Pinky is an awkward adolescent who starts work at a spa in the California desert. She becomes overly attached to fellow spa attendant, Millie when she becomes Millie's room-mate. Millie is ...
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Two convicts break out of Mississippi State Penitentiary in 1936 to join a third on a long spree of bank robbing, their special talent and claim to fame. The youngest of the three falls in ... See full summary »
During a future ice age, dying humanity occupies its remaining time by playing a board game called "Quintet." For one small group, this obsession is not enough; they play the game with living pieces ... and only the winner survives.
May is waiting for her boyfriend in a run-down American motel, when an old flame turns up and threatens to undermine her efforts and drag her back into the life that she was running away from. The situation soon turns complicated.
Harry Dean Stanton
A down on his luck gambler links up with free spirit Elliot Gould at first to have some fun on, but then gets into debt when Gould takes an unscheduled trip to Tijuana. As a final act of ... See full summary »
Pinky is an awkward adolescent who starts work at a spa in the California desert. She becomes overly attached to fellow spa attendant, Millie when she becomes Millie's room-mate. Millie is a lonely outcast who desperately tries to win attention with constant up-beat chatter. They hang out at a bar owned by a strange pregnant artist and her has-been cowboy husband. After two emotional crises, the three women steal and trade personalities until they settle into a new family unit that seems to give each woman what she was searching for. Written by
danetta cox cordova
When Millie and Pinkie prepare for dinner party, the time line is way out of whack. Scene begins in early morning, as Millie wakes Pinkie and tells her she is going grocery shopping for the dinner. Millie returns from store (presumably within an hour or so), Pinkie carries out garbage after spilling shrimp cocktail on herself and, en route to trash cans, meets dinner guests who say they can't come because they're on way to a beer joint instead - a scene that would have occurred no later than mid-morning and means that seven or more hours are unaccounted for. See more »
Don't you remember her, Dr. Maas? Pinky Rose. She's all well now, and she wants to come back to work.
Rose? I don't - Lammoreaux, Bunweill's in charge of personnel. And if there's no place for her here, there's no place for her.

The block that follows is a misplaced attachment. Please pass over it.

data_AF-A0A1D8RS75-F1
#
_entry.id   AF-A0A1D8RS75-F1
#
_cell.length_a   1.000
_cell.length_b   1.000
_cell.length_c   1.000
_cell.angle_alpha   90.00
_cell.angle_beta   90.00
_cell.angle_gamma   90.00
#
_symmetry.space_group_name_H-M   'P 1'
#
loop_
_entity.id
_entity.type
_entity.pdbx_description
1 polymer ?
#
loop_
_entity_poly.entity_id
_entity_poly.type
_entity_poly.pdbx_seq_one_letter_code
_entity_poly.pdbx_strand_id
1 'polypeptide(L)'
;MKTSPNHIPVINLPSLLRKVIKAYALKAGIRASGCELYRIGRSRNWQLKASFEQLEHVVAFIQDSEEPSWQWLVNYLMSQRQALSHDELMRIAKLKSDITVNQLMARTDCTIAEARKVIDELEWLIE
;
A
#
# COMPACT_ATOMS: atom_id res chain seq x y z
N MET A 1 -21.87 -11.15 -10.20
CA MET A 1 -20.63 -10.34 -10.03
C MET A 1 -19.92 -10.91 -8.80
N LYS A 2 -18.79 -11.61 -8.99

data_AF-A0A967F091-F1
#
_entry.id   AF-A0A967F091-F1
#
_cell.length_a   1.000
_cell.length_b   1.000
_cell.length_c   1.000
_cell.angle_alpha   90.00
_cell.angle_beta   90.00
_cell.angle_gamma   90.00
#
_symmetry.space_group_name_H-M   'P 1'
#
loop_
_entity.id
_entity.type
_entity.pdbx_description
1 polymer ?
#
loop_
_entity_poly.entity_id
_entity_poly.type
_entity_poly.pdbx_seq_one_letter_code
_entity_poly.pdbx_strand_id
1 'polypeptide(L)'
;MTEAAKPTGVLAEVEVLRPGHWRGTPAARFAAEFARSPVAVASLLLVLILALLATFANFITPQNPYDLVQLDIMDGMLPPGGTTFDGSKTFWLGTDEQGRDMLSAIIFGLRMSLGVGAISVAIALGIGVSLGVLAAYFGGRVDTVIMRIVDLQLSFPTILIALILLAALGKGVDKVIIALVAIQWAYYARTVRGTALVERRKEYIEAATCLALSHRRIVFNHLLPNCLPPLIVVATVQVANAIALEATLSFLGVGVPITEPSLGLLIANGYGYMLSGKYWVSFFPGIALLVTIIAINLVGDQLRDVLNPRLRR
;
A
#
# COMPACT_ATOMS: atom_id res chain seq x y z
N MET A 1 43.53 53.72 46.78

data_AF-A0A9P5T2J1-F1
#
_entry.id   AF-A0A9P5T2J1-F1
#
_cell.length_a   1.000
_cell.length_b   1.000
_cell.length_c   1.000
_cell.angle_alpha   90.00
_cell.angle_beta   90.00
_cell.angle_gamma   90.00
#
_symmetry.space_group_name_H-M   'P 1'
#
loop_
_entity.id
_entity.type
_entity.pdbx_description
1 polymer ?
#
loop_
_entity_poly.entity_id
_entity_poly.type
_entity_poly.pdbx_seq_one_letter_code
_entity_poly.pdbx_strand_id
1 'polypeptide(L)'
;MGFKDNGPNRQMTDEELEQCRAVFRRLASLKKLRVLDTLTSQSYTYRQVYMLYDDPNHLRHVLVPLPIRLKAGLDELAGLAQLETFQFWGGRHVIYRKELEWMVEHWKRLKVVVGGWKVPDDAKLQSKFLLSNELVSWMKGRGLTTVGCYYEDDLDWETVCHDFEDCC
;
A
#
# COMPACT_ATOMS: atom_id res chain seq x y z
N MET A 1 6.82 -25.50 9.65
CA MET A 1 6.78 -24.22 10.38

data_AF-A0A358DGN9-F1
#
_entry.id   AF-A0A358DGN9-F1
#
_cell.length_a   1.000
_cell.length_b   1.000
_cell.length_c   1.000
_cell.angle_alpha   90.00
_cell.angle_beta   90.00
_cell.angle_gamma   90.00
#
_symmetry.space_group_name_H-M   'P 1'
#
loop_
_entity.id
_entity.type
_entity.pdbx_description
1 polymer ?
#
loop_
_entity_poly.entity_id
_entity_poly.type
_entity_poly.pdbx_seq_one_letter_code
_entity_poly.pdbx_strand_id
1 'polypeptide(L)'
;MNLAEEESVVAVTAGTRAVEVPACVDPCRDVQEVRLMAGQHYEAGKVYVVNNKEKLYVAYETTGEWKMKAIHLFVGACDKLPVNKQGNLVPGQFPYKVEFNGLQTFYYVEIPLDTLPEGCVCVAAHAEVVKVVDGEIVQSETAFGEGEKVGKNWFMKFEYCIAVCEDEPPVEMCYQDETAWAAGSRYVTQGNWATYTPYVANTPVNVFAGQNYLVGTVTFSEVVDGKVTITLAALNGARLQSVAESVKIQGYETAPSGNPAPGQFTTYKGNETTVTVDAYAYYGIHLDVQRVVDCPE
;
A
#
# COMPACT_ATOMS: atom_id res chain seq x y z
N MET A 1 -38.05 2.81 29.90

But she's already worked here. She's really good, Dr. Maas. Everybody liked her. Really.
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I've wanted to see Robert Altman's "3 Women"(1977) for long time and finally saw it last night. The references to one of my all time favorites, Ingmar Bergman's "Persona" are obvious: two young women, the main characters (seemingly meek, childlike Pinky and outgoing and seemingly popular but in reality a sad loser Millie seem almost to exchange identities, or to become one in a desperate search for connection and sense of belonging but "3 Women" is memorable and haunting on its own terms. It makes you think long time after it's over. As a matter of fact, I am still thinking about it. I think that it is an incredible work of an extraordinary master. As always in his best films, Robert Altman is terrific - innovative, iconoclastic, free-spirited, unconventional, and truly original. He is a great humanist who sees through his characters but never makes fun of them and he understands them. Under his directing, Shelly Duvall and Sissy Spacec gave two astonishing performances. They were both great but Duvall was a revelation. She adapted the loquacious Millie's personality and become the character. Altman had discovered Duvall at one of the malls in Texas where she was selling cosmetics and given her roles in his six films. I want also to mention the eerie music, the dreamy and uneasy atmosphere of something sinister ready to happen, the scary and mesmerizing murals on the bottom of the pool that the third woman, silent and mysterious, tired and wise Willie (Janice Rule) was painting. Altman did not try to trick or confuse me, and the story seems to be simple one but I am not sure that I understood everything, especially the enigmatic ending. Altman was aware of the effect of his movie to the viewers and in his commentary he says that he sees the film as a painting and that the audience should feel it but not understand it. In this regard it also reminds of "Un chien andalou" (1929) which was supposed to be experienced directly and not analyzed by the viewers.
"3 Women" is another great film by one of the best American film directors. I've never seen a bad film from Robert Altman.
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